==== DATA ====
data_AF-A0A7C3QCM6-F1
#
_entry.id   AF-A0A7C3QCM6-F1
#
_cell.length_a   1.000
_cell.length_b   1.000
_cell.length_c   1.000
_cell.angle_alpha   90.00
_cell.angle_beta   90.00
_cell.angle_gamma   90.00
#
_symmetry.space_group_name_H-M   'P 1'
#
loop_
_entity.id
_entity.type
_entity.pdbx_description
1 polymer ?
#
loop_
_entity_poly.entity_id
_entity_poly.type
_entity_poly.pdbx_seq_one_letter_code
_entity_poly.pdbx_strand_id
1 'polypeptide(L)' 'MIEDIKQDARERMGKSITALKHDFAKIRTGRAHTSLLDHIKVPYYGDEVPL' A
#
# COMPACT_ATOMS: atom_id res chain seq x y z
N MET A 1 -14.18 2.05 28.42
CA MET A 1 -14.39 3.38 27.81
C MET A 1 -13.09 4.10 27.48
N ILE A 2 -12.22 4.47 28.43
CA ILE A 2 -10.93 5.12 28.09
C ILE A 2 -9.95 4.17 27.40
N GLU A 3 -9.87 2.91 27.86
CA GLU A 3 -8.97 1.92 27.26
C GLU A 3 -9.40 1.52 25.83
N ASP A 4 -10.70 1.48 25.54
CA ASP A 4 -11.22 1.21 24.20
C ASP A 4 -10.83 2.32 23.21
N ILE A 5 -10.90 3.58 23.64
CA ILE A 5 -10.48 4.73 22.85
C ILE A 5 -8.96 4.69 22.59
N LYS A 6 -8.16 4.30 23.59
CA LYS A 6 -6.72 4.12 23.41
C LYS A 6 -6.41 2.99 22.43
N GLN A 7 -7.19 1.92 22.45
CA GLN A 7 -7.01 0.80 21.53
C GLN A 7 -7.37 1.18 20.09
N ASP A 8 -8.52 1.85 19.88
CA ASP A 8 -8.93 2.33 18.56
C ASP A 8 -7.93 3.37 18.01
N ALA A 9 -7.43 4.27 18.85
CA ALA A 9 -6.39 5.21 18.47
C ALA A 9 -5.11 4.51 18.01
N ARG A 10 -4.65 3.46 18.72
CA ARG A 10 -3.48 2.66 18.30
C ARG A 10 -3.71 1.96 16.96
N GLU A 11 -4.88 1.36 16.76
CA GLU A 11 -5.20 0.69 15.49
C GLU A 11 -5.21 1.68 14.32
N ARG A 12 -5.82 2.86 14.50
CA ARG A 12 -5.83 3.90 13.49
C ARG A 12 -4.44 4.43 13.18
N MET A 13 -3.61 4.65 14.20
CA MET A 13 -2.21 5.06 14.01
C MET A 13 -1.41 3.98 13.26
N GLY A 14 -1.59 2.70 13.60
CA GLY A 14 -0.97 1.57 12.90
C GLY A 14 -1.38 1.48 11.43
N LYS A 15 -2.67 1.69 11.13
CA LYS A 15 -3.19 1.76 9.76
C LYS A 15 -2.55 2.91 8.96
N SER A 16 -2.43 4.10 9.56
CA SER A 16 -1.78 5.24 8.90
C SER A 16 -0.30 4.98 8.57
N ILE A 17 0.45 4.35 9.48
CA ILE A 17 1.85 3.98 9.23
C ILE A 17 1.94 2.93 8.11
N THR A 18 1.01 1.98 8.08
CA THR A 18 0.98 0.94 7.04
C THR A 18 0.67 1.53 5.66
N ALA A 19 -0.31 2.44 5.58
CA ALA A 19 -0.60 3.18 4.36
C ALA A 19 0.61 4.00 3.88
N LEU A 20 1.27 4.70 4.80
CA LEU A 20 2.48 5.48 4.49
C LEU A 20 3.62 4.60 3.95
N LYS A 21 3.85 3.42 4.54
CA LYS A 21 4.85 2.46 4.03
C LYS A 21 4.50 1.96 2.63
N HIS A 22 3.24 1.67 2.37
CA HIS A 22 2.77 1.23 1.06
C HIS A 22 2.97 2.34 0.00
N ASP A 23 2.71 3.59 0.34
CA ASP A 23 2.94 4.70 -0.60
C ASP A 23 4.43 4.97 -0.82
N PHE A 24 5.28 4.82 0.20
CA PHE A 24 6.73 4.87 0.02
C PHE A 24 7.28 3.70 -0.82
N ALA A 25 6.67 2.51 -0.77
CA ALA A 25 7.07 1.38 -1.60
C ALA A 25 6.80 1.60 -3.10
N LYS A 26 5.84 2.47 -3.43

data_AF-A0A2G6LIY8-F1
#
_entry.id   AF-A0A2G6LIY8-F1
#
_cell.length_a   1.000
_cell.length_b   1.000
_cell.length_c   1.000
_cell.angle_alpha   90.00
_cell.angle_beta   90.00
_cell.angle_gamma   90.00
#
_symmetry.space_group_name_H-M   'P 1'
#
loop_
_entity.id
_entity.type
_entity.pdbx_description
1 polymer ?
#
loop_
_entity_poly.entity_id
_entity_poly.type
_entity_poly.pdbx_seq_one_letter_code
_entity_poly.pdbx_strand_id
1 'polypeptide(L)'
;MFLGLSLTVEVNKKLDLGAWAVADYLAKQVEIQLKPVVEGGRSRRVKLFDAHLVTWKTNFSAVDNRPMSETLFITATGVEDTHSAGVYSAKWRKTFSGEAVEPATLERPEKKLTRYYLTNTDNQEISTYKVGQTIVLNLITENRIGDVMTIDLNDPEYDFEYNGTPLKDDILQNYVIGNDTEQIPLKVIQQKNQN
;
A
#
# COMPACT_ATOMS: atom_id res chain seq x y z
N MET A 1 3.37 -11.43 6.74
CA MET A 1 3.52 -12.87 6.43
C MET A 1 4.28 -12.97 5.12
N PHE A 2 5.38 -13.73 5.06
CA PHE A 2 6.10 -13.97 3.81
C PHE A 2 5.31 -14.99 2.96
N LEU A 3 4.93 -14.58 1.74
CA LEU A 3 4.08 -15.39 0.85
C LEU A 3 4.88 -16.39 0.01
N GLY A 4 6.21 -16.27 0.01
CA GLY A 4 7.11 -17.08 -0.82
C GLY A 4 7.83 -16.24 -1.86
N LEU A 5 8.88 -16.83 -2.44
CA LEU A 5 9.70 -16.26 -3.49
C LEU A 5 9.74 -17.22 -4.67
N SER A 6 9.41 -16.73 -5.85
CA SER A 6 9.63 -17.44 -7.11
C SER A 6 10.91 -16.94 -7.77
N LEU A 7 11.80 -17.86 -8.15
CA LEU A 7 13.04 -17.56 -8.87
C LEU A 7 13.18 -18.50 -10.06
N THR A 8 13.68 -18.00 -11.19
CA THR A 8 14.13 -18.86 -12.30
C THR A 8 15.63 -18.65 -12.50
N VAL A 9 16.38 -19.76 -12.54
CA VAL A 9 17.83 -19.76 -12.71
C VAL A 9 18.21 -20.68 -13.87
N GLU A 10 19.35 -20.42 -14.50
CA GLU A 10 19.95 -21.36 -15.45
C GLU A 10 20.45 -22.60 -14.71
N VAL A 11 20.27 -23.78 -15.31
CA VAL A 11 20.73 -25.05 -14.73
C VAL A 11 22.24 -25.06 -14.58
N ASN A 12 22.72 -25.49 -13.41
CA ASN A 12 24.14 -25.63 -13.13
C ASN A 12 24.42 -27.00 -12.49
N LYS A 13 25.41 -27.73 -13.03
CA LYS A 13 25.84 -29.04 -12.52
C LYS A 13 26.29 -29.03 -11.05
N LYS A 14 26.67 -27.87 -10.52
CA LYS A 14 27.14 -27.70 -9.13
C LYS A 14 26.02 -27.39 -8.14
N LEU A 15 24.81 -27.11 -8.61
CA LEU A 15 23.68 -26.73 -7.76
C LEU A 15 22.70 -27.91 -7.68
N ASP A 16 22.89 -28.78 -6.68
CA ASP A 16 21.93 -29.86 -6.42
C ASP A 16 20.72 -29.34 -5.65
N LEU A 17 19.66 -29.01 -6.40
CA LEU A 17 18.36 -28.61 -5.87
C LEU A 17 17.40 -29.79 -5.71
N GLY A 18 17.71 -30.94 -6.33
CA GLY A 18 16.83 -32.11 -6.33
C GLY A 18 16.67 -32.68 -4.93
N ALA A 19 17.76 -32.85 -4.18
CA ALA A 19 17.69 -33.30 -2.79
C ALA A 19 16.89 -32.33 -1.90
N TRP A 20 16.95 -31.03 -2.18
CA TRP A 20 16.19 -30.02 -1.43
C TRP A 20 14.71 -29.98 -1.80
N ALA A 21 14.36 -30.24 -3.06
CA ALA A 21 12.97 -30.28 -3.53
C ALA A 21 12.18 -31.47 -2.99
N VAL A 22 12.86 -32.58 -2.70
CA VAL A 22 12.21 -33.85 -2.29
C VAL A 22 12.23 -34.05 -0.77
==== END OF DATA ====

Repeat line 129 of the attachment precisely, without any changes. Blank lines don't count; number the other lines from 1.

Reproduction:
;MFLGLSLTVEVNKKLDLGAWAVADYLAKQVEIQLKPVVEGGRSRRVKLFDAHLVTWKTNFSAVDNRPMSETLFITATGVEDTHSAGVYSAKWRKTFSGEAVEPATLERPEKKLTRYYLTNTDNQEISTYKVGQTIVLNLITENRIGDVMTIDLNDPEYDFEYNGTPLKDDILQNYVIGNDTEQIPLKVIQQKNQN